Unfortunately, I read this book in between Daughter of Smoke and Bone and Days of Blood and Starlight which was silly of me, because Laini Taylor left me on such a book-high, very few things could have compared to it. So the timing was poor on my part, but I also just couldn’t get into this story.

What I liked:

-the writing. It had the right tone for the story – nothing modern or jarring, it was poetic and lovely and there were some nice descriptions.

-I LOVE that the strongest relationship in the book was between two sisters. As someone who is exceptionally close to her sisters myself, I could relate to that feeling of wanting to protect your older siblings because you can’t stand to see them hurt.

-there were some chapters from the demon-spirit-thing’s point of view, which was cool and added a touch of darkness, but the typeface killed my eyes and made it hard to focus. But maybe I’m just old, I don’t know.

-I appreciate some good old magical realism every now and then.

What I didn’t like:

-I understood that she was Doing a Thing by having the majority of her characters remain nameless, but it felt awkward, especially when the sisters were talking to each other. It was also quite cumbersome to refer to older relatives as her “father’s father’s father”, but I suppose it’s more traditional?

-I’m still not entirely sure how she saved the day. And since there was no romance, I really didn’t understand her decision at the end.

-my biggest problem: where were the stories? I’m not an expert on the tales of Scheherazade or anything, but I expected some stories. Legends or myths or straight-up nonsense – not brief snippets of conversation, usually revolving around her sister (not that there’s anything wrong with telling stories about your siblings, I do it all the time!). I did like that certain things she said seemed to come true, but since it wasn’t saving her life, it was a little bit of a letdown.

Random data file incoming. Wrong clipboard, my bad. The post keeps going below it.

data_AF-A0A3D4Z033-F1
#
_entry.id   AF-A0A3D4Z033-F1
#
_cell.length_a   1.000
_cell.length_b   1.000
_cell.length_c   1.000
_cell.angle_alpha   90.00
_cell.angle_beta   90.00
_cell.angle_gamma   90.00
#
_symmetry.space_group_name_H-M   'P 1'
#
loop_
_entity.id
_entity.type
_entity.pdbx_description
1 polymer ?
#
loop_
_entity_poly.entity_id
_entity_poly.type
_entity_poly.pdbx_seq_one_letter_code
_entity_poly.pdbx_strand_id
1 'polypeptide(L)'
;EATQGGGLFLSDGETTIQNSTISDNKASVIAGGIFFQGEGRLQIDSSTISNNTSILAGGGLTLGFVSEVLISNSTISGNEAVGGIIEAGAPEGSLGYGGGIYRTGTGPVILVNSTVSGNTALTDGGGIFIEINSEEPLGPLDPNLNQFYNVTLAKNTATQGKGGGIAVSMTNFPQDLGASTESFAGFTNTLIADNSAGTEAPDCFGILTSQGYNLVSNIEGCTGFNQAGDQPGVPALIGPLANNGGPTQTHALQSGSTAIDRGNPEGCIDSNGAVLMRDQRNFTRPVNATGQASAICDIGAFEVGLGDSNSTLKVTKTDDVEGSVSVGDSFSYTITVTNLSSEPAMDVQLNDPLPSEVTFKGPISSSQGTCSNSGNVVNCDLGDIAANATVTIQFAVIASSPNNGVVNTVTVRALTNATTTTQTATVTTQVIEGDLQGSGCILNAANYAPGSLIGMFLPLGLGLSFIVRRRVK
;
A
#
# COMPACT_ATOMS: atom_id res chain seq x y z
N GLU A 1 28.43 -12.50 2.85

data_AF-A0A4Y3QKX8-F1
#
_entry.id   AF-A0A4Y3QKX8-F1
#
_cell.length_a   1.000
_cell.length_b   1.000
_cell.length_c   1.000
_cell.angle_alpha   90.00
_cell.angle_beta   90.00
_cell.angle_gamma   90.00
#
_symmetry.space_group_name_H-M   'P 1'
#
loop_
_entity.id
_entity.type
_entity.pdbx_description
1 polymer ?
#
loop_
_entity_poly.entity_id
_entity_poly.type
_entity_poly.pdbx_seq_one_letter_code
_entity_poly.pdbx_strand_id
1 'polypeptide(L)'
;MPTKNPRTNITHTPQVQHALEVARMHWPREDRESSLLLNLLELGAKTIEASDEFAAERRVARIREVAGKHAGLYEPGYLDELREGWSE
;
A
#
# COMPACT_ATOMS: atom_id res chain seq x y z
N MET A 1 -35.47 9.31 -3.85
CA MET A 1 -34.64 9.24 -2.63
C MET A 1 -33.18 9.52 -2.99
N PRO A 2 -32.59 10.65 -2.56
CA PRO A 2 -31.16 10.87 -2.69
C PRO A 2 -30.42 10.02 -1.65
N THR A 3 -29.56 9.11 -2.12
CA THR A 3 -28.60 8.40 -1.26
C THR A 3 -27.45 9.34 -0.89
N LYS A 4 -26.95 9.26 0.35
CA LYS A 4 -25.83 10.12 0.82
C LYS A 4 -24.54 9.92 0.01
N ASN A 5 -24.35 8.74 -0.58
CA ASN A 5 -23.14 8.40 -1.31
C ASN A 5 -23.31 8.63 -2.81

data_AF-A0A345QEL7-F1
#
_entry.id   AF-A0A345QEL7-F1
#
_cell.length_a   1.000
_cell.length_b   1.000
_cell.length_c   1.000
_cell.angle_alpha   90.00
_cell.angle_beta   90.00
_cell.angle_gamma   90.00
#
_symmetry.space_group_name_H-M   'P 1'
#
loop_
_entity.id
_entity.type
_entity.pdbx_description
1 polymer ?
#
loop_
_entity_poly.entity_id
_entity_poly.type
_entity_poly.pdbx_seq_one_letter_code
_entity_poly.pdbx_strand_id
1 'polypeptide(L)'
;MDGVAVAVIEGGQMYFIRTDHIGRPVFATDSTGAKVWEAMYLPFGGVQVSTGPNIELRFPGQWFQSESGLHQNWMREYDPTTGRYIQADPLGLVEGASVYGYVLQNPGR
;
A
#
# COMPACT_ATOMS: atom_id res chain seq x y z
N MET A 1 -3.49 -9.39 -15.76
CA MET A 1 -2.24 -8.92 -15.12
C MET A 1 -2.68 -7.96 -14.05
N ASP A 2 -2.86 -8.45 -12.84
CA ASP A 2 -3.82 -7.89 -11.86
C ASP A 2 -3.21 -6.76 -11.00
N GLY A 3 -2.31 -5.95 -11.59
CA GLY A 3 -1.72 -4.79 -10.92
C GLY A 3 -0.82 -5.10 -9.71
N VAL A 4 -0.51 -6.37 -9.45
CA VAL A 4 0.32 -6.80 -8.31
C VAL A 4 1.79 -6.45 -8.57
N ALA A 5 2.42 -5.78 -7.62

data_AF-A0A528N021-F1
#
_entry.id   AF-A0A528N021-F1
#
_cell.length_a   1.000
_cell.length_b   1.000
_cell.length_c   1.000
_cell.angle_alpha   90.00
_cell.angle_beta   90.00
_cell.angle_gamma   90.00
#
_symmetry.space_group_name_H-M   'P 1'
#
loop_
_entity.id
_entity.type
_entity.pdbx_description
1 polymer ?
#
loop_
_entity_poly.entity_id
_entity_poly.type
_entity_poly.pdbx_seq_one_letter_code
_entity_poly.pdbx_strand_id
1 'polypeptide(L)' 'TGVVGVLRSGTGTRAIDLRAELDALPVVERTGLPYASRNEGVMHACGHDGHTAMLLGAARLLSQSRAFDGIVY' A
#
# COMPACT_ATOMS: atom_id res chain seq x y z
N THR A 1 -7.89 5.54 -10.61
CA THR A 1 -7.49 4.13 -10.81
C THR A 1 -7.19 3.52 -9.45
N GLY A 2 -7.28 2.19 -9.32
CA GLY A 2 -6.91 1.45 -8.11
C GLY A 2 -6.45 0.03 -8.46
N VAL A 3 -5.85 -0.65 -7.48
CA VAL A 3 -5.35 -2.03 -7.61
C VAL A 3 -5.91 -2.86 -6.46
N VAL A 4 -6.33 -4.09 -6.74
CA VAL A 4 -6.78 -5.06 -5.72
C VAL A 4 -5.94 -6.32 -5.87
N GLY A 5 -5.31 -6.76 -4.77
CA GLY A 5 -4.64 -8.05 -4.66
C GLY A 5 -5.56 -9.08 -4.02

Overall, I just couldn’t get into it. There were a lot of pages, but it didn’t seem like much was happening, and I felt like it took me a lot longer to read than it should have. I’m sure there are people who will appreciate the more meandering pace of the novel. Also, the lack of romance was both refreshing and disappointing, and I’m not sure how I feel yet.

That being said, I’m really interested in E.K. Johnston’s forthcoming novel, Exit, Pursued By a Bear, and I’ll probably give that a chance since I liked her writing style.


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Mini Review Round-Up: September – October 2015

I realized the other day that I read a bunch of books in the past few months that I didn’t write reviews on. I’m not sure why, to be honest, but instead of writing eight (!) extra posts, I’ve condensed them all into one post of mini reviews!

The Mystery of the Clockwork Sparrow – Katherine Woodfine

24463265A charming middle-grade mystery. I can see it appealing to people who’ve read/want to read The Adventures of Miss Petitfour (except a lot less cats). There were certain elements that seemed “older” than middle-grade, but I feel like people in the UK have different standards for children’s books. Also, LOVE the endpapers/spot illustrations by Julia Sarda.

Rating: 4 interrobangs

Knightly and Son – Rohan Gavin

17978149Mix Artemis Fowl (or really any Eoin Colfer boy protagonist) with a hint of Sherlock Holmes, a dash of Lemony Snicket’s All The Wrong Questions series, and a lot of Spy (the hilarious British show), and you get this. I think I literally laughed out loud a couple of times (or at least snorted). Another fun middle-grade mystery, not to be taken too seriously.

Rating: 4 interrobangs

The Ghosts of Ashbury High – Jaclyn Moriarty

0-545-06973-4I’ve been a big fan of Jaclyn Moriarty’s Ashbury/Brookfield books for many years, and I was so stoked when I realized there was a fourth book (they’re loosely connected so you don’t really need to read them in order). I liked what she was doing with it – ghosts! gothic fiction! exams! – but I found it took longer to get into this installment than the others.

Rating: 4 interrobangs

Flights and Chimes and Mysterious Times – Emma Trevayne

18332010This cover kills me, it’s so pretty. It had a lot of elements that I really enjoyed – clocks and London and alternate universes, to name a few – and I would compare the tone to classic children’s books like Peter Pan or The Wizard of Oz. The only thing that stopped it from being perfect was the slow-moving plot: stuff happened, but it took a while for it to really pick up.

Rating: 4.5 interrobangs

Vivian Divine is Dead – Lauren Sabel

18651963I got an ARC of this last year when I was interning at HarperCollins Canada and then sort of forgot about it until last week. It started out great, then kind of sputtered along in the middle, and the end was good in a soap opera kind of way. Now that I think about it, it’s probably similar to a really dramatic Hispanic soap opera. Decent, but not stellar.